If you were standing on the corner of the CAD block yesterday, you had obscure CAD terminology splashed all over your new pants. Everyone and their step-uncle’s mom was waxing intellectual about the ‘newest-in-new, right-up-in-your-face- and-hit-you’ CAD tech announce by Siemens PLM called (prepare for large phrase that makes you mildly uninterested)… ready… “Synchronous Technology.” Ok, before you head off to LifeHacker, check this out… the cadmosphere is a-changin’…

What is Synchronous Technology?

First off, in January 2007, Siemens AG bought UGS, who created NX and Solid Edge. These are roughly equivalent to Dassault’s CATIA and SolidWorks.

The term, Synchronous Technology, is not new. A more understandable term would be real-time design. If you want to explain it to me without all the big words, just tell me you can change the model without understanding how it was created. When a list of feature history doesn’t work right, that is dang attractive.

Still doesn’t make sense?

This technology is going to be mixed into NX and Solid Edge in May. In my mind, that would be equivalent to SolidWorks removing the history-based modeling or adding a way to add and change geometry without editing features. You probably thinking it’s like the Instant3D functionality in 2008, but for that, the features have to already exist, it only works at the part level and there’s a certain amount of parametric forethought you need to build into the model. Granted, they’re adding more to it in 2009 for assemblies, but still… not exactly the same.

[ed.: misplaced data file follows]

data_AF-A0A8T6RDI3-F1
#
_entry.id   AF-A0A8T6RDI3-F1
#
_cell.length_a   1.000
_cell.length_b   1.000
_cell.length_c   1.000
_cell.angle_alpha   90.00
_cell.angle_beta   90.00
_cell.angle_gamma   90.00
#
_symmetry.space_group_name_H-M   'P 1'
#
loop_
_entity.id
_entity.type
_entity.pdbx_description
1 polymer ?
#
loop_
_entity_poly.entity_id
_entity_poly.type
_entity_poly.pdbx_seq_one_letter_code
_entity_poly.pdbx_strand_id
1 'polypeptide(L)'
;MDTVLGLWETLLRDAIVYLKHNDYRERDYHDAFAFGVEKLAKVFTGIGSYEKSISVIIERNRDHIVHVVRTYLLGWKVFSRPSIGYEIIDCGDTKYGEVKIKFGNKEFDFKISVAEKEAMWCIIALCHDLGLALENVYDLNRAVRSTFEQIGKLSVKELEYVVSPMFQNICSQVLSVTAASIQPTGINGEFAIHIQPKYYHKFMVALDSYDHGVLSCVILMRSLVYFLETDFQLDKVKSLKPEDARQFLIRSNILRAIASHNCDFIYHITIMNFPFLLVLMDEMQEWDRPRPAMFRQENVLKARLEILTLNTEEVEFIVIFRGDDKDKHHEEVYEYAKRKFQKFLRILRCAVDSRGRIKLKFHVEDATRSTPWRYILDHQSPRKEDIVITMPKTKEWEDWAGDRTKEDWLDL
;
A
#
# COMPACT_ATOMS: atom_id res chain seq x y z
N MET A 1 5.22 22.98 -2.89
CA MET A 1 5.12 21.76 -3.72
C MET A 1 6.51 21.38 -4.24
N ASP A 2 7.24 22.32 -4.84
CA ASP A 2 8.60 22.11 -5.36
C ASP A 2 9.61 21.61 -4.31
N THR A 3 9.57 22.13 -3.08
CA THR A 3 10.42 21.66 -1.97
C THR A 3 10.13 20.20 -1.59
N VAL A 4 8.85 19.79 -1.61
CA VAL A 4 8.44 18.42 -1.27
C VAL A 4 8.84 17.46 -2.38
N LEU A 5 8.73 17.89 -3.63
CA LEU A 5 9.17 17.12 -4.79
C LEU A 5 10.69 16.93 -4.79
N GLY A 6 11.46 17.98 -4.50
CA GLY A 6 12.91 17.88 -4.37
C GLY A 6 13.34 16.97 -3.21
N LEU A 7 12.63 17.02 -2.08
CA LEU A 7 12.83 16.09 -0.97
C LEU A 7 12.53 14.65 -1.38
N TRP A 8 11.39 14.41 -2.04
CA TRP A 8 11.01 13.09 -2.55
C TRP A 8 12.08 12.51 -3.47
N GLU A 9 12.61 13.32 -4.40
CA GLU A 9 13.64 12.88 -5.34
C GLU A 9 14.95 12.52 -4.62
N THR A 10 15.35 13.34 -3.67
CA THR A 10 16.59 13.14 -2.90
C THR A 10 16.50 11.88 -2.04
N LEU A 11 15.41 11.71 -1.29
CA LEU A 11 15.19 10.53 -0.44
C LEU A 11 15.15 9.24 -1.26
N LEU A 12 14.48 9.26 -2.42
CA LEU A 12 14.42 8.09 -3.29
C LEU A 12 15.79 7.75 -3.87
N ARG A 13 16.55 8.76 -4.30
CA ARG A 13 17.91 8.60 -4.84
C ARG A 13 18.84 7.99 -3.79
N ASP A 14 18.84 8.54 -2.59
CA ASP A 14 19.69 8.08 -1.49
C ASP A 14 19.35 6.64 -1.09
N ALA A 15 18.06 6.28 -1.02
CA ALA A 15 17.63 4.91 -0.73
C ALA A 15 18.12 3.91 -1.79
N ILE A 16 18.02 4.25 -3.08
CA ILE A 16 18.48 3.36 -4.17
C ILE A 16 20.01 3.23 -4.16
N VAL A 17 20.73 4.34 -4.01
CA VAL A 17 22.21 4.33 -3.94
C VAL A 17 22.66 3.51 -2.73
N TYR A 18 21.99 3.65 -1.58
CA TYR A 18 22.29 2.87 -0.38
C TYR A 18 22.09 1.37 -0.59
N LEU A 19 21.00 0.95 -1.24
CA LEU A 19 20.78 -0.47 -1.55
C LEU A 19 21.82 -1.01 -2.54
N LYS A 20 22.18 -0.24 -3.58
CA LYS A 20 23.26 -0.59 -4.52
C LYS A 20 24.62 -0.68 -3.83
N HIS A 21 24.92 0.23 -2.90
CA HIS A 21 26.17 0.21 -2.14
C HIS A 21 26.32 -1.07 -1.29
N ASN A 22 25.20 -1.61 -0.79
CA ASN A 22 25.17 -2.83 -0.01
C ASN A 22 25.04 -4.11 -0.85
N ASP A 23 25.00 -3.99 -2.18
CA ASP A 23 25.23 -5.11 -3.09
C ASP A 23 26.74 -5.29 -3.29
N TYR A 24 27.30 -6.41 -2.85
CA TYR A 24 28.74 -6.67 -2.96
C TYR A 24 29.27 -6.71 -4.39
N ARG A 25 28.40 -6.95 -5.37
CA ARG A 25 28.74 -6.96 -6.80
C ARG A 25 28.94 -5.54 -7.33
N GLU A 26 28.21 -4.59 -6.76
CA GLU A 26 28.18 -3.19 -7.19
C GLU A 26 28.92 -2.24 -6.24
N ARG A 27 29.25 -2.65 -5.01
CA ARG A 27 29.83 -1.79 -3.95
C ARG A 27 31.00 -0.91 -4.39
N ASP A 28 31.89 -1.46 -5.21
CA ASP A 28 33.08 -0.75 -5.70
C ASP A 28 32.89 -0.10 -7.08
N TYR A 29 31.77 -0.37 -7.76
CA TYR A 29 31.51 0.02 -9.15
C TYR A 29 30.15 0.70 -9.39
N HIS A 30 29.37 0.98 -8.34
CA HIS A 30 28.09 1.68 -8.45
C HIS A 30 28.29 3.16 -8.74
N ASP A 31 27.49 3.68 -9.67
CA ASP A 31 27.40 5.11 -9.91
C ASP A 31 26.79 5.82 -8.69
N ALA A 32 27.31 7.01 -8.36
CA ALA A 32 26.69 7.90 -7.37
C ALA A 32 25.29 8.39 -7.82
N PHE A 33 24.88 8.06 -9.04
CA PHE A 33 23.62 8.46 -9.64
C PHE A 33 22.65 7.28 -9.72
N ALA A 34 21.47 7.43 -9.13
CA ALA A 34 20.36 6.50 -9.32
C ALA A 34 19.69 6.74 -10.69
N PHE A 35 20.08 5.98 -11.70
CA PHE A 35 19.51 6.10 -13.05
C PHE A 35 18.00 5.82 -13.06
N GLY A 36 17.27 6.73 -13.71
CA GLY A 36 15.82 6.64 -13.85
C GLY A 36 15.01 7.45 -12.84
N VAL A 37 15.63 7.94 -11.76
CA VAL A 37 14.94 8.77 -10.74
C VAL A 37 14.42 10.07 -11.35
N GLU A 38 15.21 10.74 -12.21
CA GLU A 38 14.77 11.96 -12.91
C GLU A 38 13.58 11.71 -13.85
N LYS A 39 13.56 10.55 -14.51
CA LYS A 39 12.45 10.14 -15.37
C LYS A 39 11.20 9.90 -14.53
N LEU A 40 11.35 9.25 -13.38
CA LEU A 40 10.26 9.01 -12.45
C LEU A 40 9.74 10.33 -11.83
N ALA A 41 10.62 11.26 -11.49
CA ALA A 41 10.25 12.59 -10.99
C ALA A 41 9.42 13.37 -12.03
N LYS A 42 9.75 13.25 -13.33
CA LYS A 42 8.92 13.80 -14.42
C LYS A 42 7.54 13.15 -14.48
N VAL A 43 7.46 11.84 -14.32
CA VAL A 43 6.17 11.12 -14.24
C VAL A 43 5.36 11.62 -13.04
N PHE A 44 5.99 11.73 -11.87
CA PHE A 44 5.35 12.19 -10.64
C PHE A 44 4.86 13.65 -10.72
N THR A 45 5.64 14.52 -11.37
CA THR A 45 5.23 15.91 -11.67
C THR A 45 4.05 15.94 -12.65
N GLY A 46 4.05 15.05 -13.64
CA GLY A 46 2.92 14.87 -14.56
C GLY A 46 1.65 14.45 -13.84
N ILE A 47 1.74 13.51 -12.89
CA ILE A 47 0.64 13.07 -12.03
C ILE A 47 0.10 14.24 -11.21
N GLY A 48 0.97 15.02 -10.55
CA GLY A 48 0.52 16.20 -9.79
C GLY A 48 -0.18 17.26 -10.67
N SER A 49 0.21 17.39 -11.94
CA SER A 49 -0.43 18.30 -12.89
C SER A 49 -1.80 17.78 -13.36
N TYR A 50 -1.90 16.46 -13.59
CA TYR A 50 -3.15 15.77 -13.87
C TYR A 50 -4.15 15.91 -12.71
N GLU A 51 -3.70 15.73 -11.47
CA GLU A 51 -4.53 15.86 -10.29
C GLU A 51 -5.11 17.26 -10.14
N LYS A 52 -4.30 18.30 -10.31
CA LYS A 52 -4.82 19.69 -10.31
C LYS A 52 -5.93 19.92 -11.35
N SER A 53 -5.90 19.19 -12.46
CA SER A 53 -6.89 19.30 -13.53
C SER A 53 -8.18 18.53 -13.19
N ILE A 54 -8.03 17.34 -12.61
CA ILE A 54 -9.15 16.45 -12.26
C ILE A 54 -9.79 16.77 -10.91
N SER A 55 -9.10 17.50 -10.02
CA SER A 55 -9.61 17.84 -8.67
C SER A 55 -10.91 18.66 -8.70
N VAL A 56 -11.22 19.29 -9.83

The spit and sizzle of Siemens new tech is closer to SpaceClaim’s CAD-without-borders approach. In that sense, their ideas are similar. But really, the idea to make CAD easier, is what all the major CAD companies are joining hands around the campfire to do. ah-hem.

Trends in CAD

User bases in CAD are that wet well rope of a CAD company Well. (Don’t run dry or we’ll take our bucket somewhere else mister.) Investment into a new system takes loads of resources. How a design is created is only one aspect of the process. How drawings are produced and how models interact with other programs are aspects that always fall below the haze of spine tingling, sped-up video demos of parts flying together. Hey, there’s one trend that will always be around.

On the other hand, SpaceClaim and Seimens are adding a new aspect (not a new idea) to CAD-topia that needs to be considered, tested, and made better by everyone involved. Just because they’re doing it doesn’t mean it sucks and all my legacy data and work is going up in flames. It’s not necessarily a breakthrough (maybe for their programmers), but it is helping their marketing and giving us something to talk about.

You will determine the outcome

In the end, this is good stuff to be aware of, even if your a hack of a modeler in a room filled with drafting boards, because one day, someone may ask, “What do you think?”

Seimens website has more info, as does this video. It’s 9 minutes long. The main points are at 3:20 when they announce Synchronous Technology, at 5:10 when they explain the ‘breakthrough’, and the last minute when they tell about it being in the next versions of NX and Solid Edge.

Author

Josh is founder and editor at SolidSmack.com, founder at Aimsift Inc., and co-founder of EvD Media. He is involved in engineering, design, visualization, the technology making it happen, and the content developed around it. He is a SolidWorks Certified Professional and excels at falling awkwardly.